Monday, October 21, 2002

Mascis makes guitar zing



By Chris Varias
The Cincinnati Enquirer

J Mascis' way of turning a down-in-the-mouth phrase put him at home in alternative rock, a genre overpopulated with sad-sack singers who write woe-is-me songs.

However, it was never fashionable to be an alt-rocker who wails on guitar like a classic-rock axe-slinger of the first order, but Mr. Mascis has always made it work. No band sounds like Mr. Mascis' former group Dinosaur Jr., and he stands as the premier alt-rock guitar soloist of his generation.

Some of that thunderous playing was on display at Top Cat's Saturday, as Mr. Mascis put on an 80-minute, 20-song solo performance that bridged the gap between folk and metal.

Much of the show was just him, his chair, and his acoustic guitar. This afforded the crowd of about 300 the opportunity to clearly hear and sing along with lines like, "There never really is a good time, there's always nothing much to say" - lyrics (these happen to be from the song "Thumb") that are as much a part of the fabric of '90s alt-rock as Nirvana's or anyone else's.

Mr. Mascis plucked songs from all over his catalog. The show opened with the quiet "Someone Said" from Free So Free, his solo album released Oct. 8. The hushed vibe didn't last long, as he was soon into Dinosaur Jr.'s "What Else is New." With the help of pedals he recreated the recording's fuzzed-out solos on his acoustic guitar while a loop of the strummed rhythm track carried forth.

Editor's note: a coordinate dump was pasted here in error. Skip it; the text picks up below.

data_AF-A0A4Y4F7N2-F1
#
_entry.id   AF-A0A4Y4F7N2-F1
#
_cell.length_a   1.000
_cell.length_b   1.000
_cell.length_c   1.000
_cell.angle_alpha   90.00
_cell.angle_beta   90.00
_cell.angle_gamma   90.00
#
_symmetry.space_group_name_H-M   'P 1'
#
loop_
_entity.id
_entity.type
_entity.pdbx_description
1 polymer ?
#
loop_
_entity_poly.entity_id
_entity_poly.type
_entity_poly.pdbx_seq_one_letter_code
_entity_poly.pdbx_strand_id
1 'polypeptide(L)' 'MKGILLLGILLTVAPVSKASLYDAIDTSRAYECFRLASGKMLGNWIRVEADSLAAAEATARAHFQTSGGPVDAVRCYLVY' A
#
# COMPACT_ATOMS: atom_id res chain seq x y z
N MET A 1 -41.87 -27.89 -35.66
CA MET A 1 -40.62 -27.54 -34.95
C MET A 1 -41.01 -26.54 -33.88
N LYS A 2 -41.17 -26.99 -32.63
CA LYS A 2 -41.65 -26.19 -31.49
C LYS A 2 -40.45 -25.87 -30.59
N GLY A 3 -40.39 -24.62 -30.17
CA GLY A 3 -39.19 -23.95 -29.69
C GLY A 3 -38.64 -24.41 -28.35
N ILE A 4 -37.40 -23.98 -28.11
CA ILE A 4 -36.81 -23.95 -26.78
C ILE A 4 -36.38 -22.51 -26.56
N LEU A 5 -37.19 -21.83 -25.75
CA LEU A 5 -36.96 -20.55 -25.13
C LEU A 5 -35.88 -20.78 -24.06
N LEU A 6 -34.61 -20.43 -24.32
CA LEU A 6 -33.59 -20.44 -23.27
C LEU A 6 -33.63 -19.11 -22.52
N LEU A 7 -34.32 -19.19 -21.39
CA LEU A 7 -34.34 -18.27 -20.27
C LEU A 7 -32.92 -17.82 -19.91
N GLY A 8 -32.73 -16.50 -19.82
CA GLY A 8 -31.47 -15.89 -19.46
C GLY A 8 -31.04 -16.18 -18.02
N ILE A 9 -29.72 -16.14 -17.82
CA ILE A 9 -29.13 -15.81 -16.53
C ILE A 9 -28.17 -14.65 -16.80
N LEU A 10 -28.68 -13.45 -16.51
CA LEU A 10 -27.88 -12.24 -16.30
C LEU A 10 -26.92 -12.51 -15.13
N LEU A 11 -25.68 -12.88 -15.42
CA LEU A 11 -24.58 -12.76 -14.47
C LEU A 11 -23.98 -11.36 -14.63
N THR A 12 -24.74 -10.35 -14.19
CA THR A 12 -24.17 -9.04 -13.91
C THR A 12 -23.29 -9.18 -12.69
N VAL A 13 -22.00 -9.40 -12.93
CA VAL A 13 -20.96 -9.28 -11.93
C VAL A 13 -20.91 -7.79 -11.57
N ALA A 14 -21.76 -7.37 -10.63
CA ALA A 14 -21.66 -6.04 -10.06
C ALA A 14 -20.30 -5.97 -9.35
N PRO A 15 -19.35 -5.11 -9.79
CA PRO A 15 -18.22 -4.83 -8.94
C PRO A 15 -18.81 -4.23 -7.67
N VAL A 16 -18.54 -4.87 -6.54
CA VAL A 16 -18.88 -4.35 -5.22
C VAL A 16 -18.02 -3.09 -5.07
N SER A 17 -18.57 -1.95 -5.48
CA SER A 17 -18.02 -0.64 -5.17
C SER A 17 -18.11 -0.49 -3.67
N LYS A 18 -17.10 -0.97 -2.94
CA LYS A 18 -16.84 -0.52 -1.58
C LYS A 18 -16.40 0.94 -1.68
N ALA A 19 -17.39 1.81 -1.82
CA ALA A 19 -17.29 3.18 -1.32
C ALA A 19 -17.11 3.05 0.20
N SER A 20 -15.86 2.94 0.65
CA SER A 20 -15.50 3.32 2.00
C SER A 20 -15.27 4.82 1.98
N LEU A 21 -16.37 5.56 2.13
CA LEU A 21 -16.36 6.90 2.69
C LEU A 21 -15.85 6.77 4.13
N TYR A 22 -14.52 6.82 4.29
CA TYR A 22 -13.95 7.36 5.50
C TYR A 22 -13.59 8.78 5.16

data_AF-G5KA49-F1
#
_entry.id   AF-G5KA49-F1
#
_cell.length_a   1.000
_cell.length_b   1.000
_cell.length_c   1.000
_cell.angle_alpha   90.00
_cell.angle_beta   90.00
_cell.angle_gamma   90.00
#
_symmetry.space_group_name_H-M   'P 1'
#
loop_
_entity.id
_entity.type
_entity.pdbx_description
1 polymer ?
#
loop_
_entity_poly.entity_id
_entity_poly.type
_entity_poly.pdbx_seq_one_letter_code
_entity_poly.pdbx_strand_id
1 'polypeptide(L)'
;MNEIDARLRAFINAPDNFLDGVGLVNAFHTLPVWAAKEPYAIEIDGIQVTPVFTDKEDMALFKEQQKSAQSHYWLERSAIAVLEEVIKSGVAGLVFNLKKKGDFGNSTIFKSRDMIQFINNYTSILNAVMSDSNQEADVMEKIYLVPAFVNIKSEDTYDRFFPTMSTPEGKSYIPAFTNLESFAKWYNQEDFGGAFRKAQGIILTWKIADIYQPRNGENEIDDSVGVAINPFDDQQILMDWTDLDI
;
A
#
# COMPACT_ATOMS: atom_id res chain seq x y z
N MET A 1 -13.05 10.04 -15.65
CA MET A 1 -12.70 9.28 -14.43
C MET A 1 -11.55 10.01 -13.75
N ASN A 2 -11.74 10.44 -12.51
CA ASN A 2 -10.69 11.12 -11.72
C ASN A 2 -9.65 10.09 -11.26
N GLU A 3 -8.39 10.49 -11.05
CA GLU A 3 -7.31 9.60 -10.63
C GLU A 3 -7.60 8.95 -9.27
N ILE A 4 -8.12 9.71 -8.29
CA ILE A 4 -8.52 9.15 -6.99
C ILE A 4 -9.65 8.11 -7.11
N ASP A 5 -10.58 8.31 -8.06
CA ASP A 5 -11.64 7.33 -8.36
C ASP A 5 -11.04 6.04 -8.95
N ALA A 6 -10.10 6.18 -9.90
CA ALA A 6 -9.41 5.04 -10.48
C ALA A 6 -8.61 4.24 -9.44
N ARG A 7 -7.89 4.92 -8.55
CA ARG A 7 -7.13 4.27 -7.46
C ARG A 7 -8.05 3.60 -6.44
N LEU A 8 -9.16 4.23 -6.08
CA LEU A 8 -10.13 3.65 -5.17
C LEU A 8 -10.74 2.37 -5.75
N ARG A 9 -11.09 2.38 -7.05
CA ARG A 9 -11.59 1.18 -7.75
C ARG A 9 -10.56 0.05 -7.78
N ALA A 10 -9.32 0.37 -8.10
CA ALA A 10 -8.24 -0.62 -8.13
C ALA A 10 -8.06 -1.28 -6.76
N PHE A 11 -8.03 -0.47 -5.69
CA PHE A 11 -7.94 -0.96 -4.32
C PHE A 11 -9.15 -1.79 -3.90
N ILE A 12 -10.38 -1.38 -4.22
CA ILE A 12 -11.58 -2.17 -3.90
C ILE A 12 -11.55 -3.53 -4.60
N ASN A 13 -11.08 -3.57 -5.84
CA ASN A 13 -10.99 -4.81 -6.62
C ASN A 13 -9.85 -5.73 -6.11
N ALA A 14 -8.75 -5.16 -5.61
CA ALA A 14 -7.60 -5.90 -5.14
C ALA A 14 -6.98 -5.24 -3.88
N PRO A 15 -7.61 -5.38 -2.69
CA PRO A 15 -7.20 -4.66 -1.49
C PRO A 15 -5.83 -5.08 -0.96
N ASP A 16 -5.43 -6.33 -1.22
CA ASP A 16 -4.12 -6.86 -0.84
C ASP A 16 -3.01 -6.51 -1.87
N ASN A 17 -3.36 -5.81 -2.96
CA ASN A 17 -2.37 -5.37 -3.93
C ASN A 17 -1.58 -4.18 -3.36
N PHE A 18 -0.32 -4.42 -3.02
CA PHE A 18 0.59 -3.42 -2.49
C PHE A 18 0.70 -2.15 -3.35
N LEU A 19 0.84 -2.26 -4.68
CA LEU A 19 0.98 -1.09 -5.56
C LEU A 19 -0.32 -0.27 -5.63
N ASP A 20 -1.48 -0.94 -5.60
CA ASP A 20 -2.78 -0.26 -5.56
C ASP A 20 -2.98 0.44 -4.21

"Any requests?" he said afterwards, and that's about all he said all night. Perhaps he listened to the screams, because he proceeded with two Dinosaur favorites, "The Wagon" and "Repulsion."

Toward the end of the night he was joined by two members of Cobra Verde, one of the warm-up bands. With John Petkovic on bass and Mark Klein on drums, Mr. Mascis upgraded to electric guitar for three songs, including "Ammaring" - which featured a trance-inducing, five-minute, guitar-zan solo - and "Freak Scene."

The local group Thistle, the opening act, is similar to Dinosaur Jr. insomuch as they're a trio with an extra-large guitar sound. Thistle's approach, however, is a bit tighter than Mr. Mascis' somewhat sloppy aesthetic. Their set included a few songs from the band's two EPs plus many others from a full-length album due early next year.



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